The YouTube for Good panel took place on Saturday at Summer in the City 2016. It featured Suli Breaks, Hannah Witton, Niki and Sammy Albon, and Beckie Brown.
The panel took place in Panel Room 3 and focussed on how creators can use their online influence to do good.
The panellists were first asked when they realised they had power on YouTube, and the general consensus was when their audiences began to affect them. For Hannah, she said that it was six months after starting her channel that she noticed that most of her audience was made up of young girls and young women.
She realised that, as someone comfortable talking about sex education, she could speak to them about that topic. For Beckie this happened when, through speaking about her trichotillomania, she found herself welcomed into a larger community.
The moderator then asked the creators how raising awareness for a cause themselves compared to working with a charity. Hannah shared that she found that, when working alone, she was unregulated and free to talk about her own personal experiences. However, she also discovered that it was effective to partner with organisations and charities: “They have so many more brains behind them”.
Niki and Sammy shared their experiences working with charities such as Stand Up to Cancer, and how mutually beneficial a partnership like this can be. Leading on from this, Beckie discussed the impact working with charities has on how creators engage with their audience. With a charity, they can receive support when tackling difficult issues with their audience and are able to signpost them to established organisations. However, she added that it can make the interaction less personal as a result.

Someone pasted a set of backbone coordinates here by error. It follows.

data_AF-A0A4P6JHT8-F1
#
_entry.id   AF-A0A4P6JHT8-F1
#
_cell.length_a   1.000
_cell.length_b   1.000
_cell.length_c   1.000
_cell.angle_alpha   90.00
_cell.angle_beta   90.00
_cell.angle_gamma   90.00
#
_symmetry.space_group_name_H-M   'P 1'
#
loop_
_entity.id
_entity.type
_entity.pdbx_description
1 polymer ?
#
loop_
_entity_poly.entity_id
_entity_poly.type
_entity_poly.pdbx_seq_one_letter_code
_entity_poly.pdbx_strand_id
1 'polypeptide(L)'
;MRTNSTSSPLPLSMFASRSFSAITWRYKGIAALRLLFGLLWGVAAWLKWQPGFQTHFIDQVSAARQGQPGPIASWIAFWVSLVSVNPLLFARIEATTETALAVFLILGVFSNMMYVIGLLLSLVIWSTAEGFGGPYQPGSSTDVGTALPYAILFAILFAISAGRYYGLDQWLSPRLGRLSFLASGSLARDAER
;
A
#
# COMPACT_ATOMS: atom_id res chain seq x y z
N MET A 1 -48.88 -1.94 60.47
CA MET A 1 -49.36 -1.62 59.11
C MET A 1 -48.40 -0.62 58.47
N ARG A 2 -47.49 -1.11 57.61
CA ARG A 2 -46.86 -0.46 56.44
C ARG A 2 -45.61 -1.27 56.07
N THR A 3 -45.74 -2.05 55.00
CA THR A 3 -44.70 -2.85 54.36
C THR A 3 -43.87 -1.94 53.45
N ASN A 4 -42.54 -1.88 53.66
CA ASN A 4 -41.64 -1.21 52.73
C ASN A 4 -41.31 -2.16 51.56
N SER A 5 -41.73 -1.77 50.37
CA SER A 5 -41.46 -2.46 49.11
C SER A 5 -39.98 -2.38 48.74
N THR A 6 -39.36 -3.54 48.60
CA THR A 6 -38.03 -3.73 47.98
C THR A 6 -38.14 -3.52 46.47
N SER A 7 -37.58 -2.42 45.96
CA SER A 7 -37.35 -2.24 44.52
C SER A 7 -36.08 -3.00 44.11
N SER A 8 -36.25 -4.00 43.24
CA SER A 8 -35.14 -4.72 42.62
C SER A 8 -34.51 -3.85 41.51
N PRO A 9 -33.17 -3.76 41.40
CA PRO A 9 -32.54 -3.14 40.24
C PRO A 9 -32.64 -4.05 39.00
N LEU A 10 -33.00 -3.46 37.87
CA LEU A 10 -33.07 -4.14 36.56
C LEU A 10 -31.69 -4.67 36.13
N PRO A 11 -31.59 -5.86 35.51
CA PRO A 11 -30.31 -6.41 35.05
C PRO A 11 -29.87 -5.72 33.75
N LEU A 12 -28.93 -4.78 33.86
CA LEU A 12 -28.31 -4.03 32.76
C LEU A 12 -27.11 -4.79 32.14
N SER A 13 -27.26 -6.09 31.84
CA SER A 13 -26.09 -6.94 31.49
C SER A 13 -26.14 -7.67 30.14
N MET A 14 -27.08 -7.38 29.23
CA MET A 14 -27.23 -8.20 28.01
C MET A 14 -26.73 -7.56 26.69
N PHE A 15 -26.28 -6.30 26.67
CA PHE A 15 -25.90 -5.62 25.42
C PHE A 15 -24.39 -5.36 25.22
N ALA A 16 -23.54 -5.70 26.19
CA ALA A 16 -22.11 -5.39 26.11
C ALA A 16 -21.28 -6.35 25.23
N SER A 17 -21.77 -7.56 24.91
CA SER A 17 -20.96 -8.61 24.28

The conversation moved on to how charities work with YouTubers. Many charities seem to want to but are unsure of how, with issues arising such as appearance fees, and balancing what the charity wants against what the creator wishes to make. Suli discussed how it can be difficult when “what the message or what the brand is about does not correlate with the content you create on the channel”. The panel discussed the importance of matching messages with their brand, in order to appeal to their audience and maximise engagement.
Accepting questions from the audience, the creators were asked about the ethics of YouTubers profiting from their efforts for charity. Hannah, Niki, and Sammy explained what creators do with adverts on their videos – most turn off adverts in charity-sponsored videos, through the charity’s request or their personal choice. They seek to balance how they can address these issues respectfully and in a way that will benefit people, rather than compromising their own morals. “You find a balance,” Suli said, “you do the good in time […] your actions snowball in time”, earning a round of applause from the audience.
At the end of the panel, the creators were asked for their advice on the subject. Overall, the panellists agreed that YouTube is a great platform for creating very personal bonds between the speaker and the audience. Hannah stated that it was important to “speak your truth” and to ask yourself: “What is it that you want to tell people and what do you want people to know?” Beckie also advised that “sometimes, we help people by being ourselves”.
Photos by Aria Mark.
Want more from Summer in the City 2016?
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